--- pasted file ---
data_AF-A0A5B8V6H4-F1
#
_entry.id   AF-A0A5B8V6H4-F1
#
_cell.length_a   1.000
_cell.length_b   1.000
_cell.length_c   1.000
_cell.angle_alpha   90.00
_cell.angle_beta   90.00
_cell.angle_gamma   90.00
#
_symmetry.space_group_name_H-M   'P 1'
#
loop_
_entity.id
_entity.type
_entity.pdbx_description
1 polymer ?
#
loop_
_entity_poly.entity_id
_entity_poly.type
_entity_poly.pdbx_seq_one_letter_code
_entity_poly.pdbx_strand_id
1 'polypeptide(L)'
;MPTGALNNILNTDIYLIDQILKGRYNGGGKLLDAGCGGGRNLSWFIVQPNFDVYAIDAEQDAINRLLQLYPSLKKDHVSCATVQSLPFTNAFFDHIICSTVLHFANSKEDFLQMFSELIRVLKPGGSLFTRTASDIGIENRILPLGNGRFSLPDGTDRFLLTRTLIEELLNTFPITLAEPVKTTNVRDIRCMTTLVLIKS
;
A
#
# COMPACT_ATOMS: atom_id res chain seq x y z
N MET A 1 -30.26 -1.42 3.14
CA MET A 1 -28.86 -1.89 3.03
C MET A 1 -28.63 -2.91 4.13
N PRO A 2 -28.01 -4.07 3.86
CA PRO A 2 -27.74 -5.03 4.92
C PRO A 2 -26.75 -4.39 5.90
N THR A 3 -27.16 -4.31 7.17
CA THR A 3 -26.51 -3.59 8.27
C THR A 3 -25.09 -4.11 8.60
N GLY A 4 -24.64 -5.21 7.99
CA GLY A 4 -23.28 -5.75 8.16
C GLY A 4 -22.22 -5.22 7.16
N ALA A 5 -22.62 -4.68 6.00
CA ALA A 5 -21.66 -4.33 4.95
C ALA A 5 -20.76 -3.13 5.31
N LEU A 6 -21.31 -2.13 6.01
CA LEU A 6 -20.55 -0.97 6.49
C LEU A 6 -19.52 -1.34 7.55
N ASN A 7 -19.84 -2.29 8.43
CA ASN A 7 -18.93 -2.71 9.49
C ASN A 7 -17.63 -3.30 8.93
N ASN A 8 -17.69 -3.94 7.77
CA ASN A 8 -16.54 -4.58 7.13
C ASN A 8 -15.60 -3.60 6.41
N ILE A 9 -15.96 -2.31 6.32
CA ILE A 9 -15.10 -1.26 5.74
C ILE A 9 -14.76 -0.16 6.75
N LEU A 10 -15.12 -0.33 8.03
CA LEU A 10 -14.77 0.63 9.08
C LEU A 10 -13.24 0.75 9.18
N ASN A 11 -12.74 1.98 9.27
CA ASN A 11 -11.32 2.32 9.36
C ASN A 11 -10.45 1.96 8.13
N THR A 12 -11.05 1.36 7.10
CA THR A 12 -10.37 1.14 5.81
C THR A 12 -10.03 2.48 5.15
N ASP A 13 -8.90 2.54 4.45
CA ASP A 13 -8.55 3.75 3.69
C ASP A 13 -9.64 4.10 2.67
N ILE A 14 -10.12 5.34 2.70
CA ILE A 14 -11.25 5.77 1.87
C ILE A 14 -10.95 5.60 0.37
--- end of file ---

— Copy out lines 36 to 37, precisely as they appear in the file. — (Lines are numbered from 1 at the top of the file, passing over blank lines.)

C PRO A 2 -26.75 -4.39 5.90
N THR A 3 -27.16 -4.31 7.17